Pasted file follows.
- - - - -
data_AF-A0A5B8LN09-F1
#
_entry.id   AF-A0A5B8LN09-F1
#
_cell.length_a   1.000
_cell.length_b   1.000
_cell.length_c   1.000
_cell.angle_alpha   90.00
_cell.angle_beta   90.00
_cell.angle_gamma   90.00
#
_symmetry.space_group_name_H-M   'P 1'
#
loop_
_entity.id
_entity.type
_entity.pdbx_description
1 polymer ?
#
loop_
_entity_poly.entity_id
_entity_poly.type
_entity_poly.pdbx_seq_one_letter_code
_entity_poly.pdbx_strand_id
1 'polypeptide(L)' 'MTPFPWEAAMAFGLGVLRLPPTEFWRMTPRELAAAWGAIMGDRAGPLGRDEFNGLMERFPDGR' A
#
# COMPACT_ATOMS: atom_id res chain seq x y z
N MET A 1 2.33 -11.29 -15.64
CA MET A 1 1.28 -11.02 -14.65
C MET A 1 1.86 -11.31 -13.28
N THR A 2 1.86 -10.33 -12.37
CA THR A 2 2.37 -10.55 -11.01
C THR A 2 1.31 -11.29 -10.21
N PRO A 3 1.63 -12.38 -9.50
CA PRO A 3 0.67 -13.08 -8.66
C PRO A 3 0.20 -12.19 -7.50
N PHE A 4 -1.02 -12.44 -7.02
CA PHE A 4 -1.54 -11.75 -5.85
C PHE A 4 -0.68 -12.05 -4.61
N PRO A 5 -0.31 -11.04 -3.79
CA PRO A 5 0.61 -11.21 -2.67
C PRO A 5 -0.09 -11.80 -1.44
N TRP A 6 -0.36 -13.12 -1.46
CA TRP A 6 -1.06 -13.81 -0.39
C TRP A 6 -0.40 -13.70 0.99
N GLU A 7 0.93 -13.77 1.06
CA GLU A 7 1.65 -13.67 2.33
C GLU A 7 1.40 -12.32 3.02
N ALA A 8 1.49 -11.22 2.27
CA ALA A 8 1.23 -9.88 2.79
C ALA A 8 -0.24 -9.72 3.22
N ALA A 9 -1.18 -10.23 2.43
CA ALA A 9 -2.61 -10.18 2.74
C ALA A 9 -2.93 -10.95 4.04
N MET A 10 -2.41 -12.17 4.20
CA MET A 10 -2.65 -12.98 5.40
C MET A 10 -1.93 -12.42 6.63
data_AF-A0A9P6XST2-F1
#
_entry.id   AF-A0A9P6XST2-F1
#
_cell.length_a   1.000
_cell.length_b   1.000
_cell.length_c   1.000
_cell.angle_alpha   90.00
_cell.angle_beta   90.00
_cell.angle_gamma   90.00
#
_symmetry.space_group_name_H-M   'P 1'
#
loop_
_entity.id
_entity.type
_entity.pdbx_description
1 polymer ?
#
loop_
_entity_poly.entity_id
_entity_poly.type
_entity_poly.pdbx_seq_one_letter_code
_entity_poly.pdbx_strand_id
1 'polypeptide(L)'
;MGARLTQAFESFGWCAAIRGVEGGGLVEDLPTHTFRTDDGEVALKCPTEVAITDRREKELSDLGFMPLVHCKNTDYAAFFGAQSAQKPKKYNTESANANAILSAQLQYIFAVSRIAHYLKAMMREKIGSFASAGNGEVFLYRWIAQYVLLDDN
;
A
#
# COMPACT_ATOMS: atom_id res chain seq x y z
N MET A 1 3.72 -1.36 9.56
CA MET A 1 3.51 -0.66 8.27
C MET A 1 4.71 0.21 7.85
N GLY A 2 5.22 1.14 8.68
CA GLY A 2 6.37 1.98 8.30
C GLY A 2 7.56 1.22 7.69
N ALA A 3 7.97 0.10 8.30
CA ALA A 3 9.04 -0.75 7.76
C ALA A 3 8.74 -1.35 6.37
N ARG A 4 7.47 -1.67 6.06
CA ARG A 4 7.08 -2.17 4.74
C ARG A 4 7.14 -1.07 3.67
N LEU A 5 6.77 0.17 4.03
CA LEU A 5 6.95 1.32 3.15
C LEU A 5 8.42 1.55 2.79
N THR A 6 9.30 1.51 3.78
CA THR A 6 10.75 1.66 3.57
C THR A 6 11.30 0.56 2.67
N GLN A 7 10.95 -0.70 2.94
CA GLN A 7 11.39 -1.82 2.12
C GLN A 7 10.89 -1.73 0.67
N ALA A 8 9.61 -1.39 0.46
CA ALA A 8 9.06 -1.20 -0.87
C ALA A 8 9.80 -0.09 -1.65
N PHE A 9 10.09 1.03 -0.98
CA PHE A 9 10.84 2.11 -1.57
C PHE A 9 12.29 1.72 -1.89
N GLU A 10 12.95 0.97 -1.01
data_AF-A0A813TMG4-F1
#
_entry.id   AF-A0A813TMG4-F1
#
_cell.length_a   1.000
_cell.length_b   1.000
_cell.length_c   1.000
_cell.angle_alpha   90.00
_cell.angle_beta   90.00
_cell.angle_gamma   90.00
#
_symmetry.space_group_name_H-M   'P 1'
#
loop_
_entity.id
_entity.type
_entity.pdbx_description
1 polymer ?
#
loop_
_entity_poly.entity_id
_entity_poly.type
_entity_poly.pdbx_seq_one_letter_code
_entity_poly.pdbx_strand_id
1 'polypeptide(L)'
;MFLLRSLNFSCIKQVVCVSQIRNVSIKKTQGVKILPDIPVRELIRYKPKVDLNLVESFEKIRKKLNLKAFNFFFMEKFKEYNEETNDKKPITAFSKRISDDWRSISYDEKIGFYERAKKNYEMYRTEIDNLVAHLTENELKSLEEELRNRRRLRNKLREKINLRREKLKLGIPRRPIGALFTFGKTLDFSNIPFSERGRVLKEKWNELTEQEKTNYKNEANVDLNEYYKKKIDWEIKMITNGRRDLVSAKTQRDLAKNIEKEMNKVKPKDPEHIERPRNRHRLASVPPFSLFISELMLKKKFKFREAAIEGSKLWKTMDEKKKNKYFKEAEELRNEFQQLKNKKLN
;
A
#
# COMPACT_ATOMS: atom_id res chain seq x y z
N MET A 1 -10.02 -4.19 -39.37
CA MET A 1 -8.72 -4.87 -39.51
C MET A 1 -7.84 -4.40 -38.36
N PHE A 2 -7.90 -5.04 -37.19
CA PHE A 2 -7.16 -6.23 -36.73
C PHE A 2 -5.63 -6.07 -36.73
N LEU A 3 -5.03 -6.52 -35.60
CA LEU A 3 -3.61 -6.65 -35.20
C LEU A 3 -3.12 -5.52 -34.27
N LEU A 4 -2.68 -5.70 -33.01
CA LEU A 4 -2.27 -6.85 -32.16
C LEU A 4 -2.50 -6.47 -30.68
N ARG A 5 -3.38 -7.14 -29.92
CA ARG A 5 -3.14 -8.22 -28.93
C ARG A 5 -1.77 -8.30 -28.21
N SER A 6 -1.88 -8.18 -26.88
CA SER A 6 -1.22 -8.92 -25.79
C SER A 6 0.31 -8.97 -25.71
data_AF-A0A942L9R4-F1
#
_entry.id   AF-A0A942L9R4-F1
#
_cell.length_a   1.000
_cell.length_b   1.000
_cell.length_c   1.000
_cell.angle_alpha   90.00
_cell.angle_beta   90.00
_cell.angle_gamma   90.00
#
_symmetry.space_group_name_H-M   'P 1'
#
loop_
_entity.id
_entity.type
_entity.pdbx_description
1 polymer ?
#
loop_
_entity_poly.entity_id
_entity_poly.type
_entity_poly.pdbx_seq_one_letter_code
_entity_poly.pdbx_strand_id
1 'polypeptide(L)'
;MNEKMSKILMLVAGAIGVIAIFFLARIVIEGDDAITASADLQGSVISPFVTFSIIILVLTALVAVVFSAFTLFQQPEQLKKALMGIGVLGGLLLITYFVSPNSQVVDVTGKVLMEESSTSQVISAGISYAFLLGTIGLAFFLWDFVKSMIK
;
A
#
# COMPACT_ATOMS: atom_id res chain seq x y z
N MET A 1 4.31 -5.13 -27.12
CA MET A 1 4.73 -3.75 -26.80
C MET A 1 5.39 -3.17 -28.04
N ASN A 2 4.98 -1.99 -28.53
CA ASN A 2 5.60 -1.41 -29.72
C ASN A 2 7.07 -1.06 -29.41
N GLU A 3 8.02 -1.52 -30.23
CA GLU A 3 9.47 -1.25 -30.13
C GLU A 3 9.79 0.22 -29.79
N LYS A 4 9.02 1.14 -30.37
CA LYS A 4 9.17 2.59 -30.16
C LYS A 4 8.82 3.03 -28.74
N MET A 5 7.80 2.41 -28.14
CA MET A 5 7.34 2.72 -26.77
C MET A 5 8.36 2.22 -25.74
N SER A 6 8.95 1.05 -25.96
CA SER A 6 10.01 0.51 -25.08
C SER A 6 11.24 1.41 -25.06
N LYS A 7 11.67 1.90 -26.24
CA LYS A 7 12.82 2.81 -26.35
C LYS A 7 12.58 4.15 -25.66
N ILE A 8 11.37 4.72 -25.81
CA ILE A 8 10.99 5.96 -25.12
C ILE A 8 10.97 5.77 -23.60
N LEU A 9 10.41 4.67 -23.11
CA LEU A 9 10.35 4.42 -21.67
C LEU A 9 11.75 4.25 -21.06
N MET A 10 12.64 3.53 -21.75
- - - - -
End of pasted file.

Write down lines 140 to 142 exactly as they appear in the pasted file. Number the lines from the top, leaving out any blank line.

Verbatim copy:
1 'polypeptide(L)'
;MFLLRSLNFSCIKQVVCVSQIRNVSIKKTQGVKILPDIPVRELIRYKPKVDLNLVESFEKIRKKLNLKAFNFFFMEKFKEYNEETNDKKPITAFSKRISDDWRSISYDEKIGFYERAKKNYEMYRTEIDNLVAHLTENELKSLEEELRNRRRLRNKLREKINLRREKLKLGIPRRPIGALFTFGKTLDFSNIPFSERGRVLKEKWNELTEQEKTNYKNEANVDLNEYYKKKIDWEIKMITNGRRDLVSAKTQRDLAKNIEKEMNKVKPKDPEHIERPRNRHRLASVPPFSLFISELMLKKKFKFREAAIEGSKLWKTMDEKKKNKYFKEAEELRNEFQQLKNKKLN
;